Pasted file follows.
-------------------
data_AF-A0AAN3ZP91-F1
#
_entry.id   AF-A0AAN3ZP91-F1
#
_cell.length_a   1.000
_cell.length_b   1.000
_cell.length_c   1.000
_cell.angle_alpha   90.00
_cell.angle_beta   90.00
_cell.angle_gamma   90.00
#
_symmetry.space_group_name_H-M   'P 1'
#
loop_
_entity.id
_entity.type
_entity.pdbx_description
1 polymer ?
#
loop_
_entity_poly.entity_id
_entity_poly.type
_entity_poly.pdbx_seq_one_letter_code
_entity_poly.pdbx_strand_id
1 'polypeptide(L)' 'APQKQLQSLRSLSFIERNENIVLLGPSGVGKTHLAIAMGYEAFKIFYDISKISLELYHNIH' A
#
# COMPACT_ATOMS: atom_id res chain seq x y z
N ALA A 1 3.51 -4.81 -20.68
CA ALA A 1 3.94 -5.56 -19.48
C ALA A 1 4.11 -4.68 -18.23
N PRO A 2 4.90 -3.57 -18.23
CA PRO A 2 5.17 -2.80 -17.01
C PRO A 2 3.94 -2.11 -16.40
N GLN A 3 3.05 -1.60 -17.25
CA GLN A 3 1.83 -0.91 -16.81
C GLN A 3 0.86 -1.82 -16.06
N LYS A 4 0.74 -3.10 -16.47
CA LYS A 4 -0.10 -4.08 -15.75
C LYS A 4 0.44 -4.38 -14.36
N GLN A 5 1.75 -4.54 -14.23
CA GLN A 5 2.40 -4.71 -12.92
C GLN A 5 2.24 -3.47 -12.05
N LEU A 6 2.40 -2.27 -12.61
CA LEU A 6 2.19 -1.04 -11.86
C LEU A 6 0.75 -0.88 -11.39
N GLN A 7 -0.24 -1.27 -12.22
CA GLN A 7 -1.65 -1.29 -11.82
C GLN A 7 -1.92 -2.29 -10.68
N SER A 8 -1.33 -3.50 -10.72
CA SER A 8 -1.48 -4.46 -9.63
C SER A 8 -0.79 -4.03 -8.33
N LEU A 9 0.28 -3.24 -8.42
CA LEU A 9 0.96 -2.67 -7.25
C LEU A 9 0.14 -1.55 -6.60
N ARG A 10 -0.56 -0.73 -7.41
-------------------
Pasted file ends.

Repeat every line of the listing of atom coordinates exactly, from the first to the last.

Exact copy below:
data_AF-A0AAN3ZP91-F1
#
_entry.id   AF-A0AAN3ZP91-F1
#
_cell.length_a   1.000
_cell.length_b   1.000
_cell.length_c   1.000
_cell.angle_alpha   90.00
_cell.angle_beta   90.00
_cell.angle_gamma   90.00
#
_symmetry.space_group_name_H-M   'P 1'
#
loop_
_entity.id
_entity.type
_entity.pdbx_description
1 polymer ?
#
loop_
_entity_poly.entity_id
_entity_poly.type
_entity_poly.pdbx_seq_one_letter_code
_entity_poly.pdbx_strand_id
1 'polypeptide(L)' 'APQKQLQSLRSLSFIERNENIVLLGPSGVGKTHLAIAMGYEAFKIFYDISKISLELYHNIH' A
#
# COMPACT_ATOMS: atom_id res chain seq x y z
N ALA A 1 3.51 -4.81 -20.68
CA ALA A 1 3.94 -5.56 -19.48
C ALA A 1 4.11 -4.68 -18.23
N PRO A 2 4.90 -3.57 -18.23
CA PRO A 2 5.17 -2.80 -17.01
C PRO A 2 3.94 -2.11 -16.40
N GLN A 3 3.05 -1.60 -17.25
CA GLN A 3 1.83 -0.91 -16.81
C GLN A 3 0.86 -1.82 -16.06
N LYS A 4 0.74 -3.10 -16.47
CA LYS A 4 -0.10 -4.08 -15.75
C LYS A 4 0.44 -4.38 -14.36
N GLN A 5 1.75 -4.54 -14.23
CA GLN A 5 2.40 -4.71 -12.92
C GLN A 5 2.24 -3.47 -12.05
N LEU A 6 2.40 -2.27 -12.61
CA LEU A 6 2.19 -1.04 -11.86
C LEU A 6 0.75 -0.88 -11.39
N GLN A 7 -0.24 -1.27 -12.22
CA GLN A 7 -1.65 -1.29 -11.82
C GLN A 7 -1.92 -2.29 -10.68
N SER A 8 -1.33 -3.50 -10.72
CA SER A 8 -1.48 -4.46 -9.63
C SER A 8 -0.79 -4.03 -8.33
N LEU A 9 0.28 -3.24 -8.42
CA LEU A 9 0.96 -2.67 -7.25
C LEU A 9 0.14 -1.55 -6.60
N ARG A 10 -0.56 -0.73 -7.41